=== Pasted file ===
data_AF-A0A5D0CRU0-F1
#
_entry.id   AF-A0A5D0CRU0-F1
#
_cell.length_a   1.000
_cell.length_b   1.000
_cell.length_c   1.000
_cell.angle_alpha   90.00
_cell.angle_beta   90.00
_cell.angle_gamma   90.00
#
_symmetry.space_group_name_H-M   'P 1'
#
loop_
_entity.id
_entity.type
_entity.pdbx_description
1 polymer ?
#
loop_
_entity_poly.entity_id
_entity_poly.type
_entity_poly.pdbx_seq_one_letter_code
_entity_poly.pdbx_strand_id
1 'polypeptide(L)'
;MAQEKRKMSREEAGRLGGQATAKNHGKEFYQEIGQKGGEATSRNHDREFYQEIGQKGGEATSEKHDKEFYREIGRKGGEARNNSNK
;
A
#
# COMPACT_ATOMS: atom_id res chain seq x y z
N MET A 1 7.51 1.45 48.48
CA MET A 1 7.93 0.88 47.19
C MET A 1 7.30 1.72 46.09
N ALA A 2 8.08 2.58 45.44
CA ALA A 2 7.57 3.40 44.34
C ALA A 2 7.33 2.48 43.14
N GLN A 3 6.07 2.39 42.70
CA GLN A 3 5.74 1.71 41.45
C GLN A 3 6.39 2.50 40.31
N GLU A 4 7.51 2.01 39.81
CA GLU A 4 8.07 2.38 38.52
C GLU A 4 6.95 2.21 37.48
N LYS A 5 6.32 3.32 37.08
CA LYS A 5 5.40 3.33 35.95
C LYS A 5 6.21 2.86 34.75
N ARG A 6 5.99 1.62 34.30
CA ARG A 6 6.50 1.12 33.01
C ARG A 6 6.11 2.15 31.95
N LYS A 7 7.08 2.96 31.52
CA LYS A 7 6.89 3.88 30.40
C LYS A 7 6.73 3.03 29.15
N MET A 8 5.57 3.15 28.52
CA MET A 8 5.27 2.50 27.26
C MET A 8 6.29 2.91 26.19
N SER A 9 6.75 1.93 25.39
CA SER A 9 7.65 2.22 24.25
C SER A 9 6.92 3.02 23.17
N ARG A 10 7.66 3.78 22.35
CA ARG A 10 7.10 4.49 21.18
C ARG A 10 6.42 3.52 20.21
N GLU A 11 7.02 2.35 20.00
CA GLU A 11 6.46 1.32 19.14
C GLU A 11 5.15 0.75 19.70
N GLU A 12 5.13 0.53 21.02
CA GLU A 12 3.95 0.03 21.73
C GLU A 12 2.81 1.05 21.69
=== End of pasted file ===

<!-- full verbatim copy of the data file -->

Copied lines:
data_AF-A0A5D0CRU0-F1
#
_entry.id   AF-A0A5D0CRU0-F1
#
_cell.length_a   1.000
_cell.length_b   1.000
_cell.length_c   1.000
_cell.angle_alpha   90.00
_cell.angle_beta   90.00
_cell.angle_gamma   90.00
#
_symmetry.space_group_name_H-M   'P 1'
#
loop_
_entity.id
_entity.type
_entity.pdbx_description
1 polymer ?
#
loop_
_entity_poly.entity_id
_entity_poly.type
_entity_poly.pdbx_seq_one_letter_code
_entity_poly.pdbx_strand_id
1 'polypeptide(L)'
;MAQEKRKMSREEAGRLGGQATAKNHGKEFYQEIGQKGGEATSRNHDREFYQEIGQKGGEATSEKHDKEFYREIGRKGGEARNNSNK
;
A
#
# COMPACT_ATOMS: atom_id res chain seq x y z
N MET A 1 7.51 1.45 48.48
CA MET A 1 7.93 0.88 47.19
C MET A 1 7.30 1.72 46.09
N ALA A 2 8.08 2.58 45.44
CA ALA A 2 7.57 3.40 44.34
C ALA A 2 7.33 2.48 43.14
N GLN A 3 6.07 2.39 42.70
CA GLN A 3 5.74 1.71 41.45
C GLN A 3 6.39 2.50 40.31
N GLU A 4 7.51 2.01 39.81
CA GLU A 4 8.07 2.38 38.52
C GLU A 4 6.95 2.21 37.48
N LYS A 5 6.32 3.32 37.08
CA LYS A 5 5.40 3.33 35.95
C LYS A 5 6.21 2.86 34.75
N ARG A 6 5.99 1.62 34.30
CA ARG A 6 6.50 1.12 33.01
C ARG A 6 6.11 2.15 31.95
N LYS A 7 7.08 2.96 31.52
CA LYS A 7 6.89 3.88 30.40
C LYS A 7 6.73 3.03 29.15
N MET A 8 5.57 3.15 28.52
CA MET A 8 5.27 2.50 27.26
C MET A 8 6.29 2.91 26.19
N SER A 9 6.75 1.93 25.39
CA SER A 9 7.65 2.22 24.25
C SER A 9 6.92 3.02 23.17
N ARG A 10 7.66 3.78 22.35
CA ARG A 10 7.10 4.49 21.18
C ARG A 10 6.42 3.52 20.21
N GLU A 11 7.02 2.35 20.00
CA GLU A 11 6.46 1.32 19.14
C GLU A 11 5.15 0.75 19.70
N GLU A 12 5.13 0.53 21.02
CA GLU A 12 3.95 0.03 21.73
C GLU A 12 2.81 1.05 21.69